A renewal of interest came during World War II, during which many Asian Buddhists -- such as the Zen author D. T. Suzuki -- came to England and the U.S., and many European Buddhists -- such as the Zen author Alan Watts -- came to the U.S.  As these examples suggest, Zen Buddhism was particularly popular, especially in the U.S., where it became enmeshed in the Beatnik artistic and literary movement as "beat Zen."
One by one, European and Americans who studied in Asia returned with their knowledge and founded monasteries and societies, Asian masters came to Europe and America to found monasteries, and the Asian immigrant populations from China, Japan, Vietnam and elsewhere, quietly continued their Buddhist practices.
Today, it is believed that there are more than 300 million Buddhists in the world, including at least a quarter million in Europe, and a half million each in North and South America.  I say "at least" because other estimates go as high as three million in the U.S. alone!  Whatever the numbers may be, Buddhism is the fourth largest religion in the world, after Christianity, Islam, and Hinduism.  And, although it has suffered considerable setbacks over the centuries, it seems to be attracting more and more people, as a religion or a philosophy of life.

 Chinese Buddhism refers collectively to the various schools of Buddhism that have flourished in China since ancient times. Buddhism has played an enormous role in shaping the mindset of the Chinese people, affecting their aesthetics, politics, literature, philosophy and medicine.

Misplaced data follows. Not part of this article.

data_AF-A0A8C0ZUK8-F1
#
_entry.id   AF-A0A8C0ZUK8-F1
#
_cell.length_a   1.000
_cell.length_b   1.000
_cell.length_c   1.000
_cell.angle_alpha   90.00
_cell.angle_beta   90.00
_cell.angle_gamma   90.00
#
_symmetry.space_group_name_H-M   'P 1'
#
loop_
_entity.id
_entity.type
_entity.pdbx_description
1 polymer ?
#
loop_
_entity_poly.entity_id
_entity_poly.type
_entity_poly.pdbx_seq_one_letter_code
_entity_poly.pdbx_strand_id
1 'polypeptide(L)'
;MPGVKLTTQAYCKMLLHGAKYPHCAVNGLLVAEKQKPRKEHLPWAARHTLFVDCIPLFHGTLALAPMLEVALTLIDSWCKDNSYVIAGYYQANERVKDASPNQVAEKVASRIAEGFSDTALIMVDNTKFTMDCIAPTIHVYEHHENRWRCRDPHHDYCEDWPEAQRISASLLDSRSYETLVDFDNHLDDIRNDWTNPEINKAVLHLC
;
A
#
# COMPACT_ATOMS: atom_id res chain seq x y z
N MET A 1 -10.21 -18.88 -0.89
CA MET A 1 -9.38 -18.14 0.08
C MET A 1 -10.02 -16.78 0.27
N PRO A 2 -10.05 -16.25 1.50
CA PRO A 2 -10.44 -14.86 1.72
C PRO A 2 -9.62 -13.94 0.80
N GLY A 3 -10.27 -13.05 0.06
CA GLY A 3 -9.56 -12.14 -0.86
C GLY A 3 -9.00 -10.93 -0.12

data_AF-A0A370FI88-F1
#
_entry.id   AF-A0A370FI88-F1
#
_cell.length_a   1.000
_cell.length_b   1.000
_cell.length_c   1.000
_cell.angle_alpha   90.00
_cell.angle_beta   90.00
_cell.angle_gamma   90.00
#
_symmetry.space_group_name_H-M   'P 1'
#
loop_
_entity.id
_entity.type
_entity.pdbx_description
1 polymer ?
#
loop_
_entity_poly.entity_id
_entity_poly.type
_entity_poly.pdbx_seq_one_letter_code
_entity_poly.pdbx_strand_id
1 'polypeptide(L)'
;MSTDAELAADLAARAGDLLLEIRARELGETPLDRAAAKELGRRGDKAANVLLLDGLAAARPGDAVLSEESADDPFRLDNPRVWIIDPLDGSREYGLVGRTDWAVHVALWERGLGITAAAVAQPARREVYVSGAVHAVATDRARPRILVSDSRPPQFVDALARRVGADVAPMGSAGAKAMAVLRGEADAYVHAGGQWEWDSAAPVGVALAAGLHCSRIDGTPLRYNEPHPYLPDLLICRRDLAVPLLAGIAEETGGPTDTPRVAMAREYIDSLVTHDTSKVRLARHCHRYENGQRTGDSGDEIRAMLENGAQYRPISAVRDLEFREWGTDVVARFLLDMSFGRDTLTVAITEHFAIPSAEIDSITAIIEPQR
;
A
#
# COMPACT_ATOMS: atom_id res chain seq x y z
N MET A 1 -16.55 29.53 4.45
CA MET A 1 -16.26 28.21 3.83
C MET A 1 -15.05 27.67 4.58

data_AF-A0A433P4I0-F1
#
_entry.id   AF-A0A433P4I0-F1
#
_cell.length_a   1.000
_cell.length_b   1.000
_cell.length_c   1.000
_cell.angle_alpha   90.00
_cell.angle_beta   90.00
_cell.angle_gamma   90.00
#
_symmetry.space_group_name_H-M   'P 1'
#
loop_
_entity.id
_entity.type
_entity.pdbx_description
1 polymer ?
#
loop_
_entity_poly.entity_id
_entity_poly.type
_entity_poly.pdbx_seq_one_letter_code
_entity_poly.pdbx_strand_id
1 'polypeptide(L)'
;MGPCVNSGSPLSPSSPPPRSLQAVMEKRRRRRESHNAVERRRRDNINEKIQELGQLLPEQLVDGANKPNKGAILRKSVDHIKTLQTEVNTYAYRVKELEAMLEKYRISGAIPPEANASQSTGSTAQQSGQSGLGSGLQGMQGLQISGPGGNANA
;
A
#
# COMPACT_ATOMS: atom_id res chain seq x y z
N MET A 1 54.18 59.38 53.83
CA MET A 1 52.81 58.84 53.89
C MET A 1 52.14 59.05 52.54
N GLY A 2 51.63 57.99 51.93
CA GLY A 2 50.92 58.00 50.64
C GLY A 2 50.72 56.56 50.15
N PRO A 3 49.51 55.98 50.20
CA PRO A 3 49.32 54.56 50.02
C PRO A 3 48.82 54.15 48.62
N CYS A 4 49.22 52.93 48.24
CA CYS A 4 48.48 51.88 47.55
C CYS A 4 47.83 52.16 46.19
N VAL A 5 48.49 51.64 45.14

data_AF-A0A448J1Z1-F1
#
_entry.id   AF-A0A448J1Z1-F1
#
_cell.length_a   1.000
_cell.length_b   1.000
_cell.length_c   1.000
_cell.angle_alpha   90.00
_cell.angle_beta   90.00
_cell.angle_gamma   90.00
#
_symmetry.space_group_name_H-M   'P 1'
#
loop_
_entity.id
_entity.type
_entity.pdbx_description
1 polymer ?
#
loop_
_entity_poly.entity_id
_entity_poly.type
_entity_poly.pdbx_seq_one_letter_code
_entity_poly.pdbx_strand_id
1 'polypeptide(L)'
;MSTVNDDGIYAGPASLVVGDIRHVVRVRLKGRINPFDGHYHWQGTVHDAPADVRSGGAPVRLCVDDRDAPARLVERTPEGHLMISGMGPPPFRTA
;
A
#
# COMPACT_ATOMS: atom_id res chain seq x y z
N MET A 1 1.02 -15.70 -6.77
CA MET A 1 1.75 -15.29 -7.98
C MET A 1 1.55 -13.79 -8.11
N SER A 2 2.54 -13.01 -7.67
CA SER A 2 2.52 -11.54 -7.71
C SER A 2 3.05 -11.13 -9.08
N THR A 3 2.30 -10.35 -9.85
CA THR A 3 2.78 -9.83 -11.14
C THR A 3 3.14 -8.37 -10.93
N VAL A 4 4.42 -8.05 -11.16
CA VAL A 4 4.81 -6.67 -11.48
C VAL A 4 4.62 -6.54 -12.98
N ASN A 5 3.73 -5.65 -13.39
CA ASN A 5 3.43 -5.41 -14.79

At the peak of the Tang Dynasty's vitality, Chinese Buddhism produced numerous spiritual masters. 
Early History of Buddhism in China  Arrival of Buddhism from India

Admitting the impossibility of saying "when or how the first Buddhist missions in China began", Kenneth Saunders mentions Ashoka and the Fayuan Zhulin (written 688 CE) noting missionaries arriving in Qin Dynasty (221–206 BCE) China. This Buddhist encyclopedia claims that in 217 BCE, the monk Li Fang  and seventeen others arrived in Xi'an..
According to some European historians, Mauryan emperor Aśoka the Great sent the royal monk Massim Sthavira to India, Nepal, Bhutan, and China to spread Buddhism around 265 BCE. However, it has not been widely confirmed that these missionaries arrived in China or that they were responsible for establishing the teachings of Buddhism there.
Generations of scholars have debated whether Buddhist missionaries first reached Han China via the maritime or overland routes of the Silk Road. The maritime route hypothesis, favored by Liang Qichao and Paul Pelliot, proposed that Buddhism was originally practiced in southern China, the Yangtze River and Huai River region, where prince Ying of Chu (present day Jiangsu) was jointly worshipping the Yellow Emperor, Laozi, and Buddha in 65 CE. The overland route hypothesis, favored by Tang Yongtong, proposed that Buddhism disseminated eastward through Yuezhi and was originally practiced in western China, at the Han capital Luoyang (present day Henan), where Emperor Ming of Han established the White Horse Temple in 68 CE. Rong Xinjiang, a history professor at Peking University, reexamined the overland and maritime hypotheses through a multi-disciplinary review of recent discoveries and research, including the Gandhāran Buddhist Texts, and concluded.
The view that Buddhism was transmitted to China by the sea route comparatively lacks convincing and supporting materials, and some arguments are not sufficiently rigorous. Based on the existing historical texts and the archaeological iconographic materials discovered since the 1980's, particularly the first-century Buddhist manuscripts recently found in Afghanistan, the commentator believes that the most plausible theory is that Buddhism started from the Greater Yuezhi of northwest India (present-day Afghanistan and Pakistan) and took the land roads to reach Han China. After entering into China, Buddhism blended with early Daoism and Chinese traditional esoteric arts and its iconography received blind worship.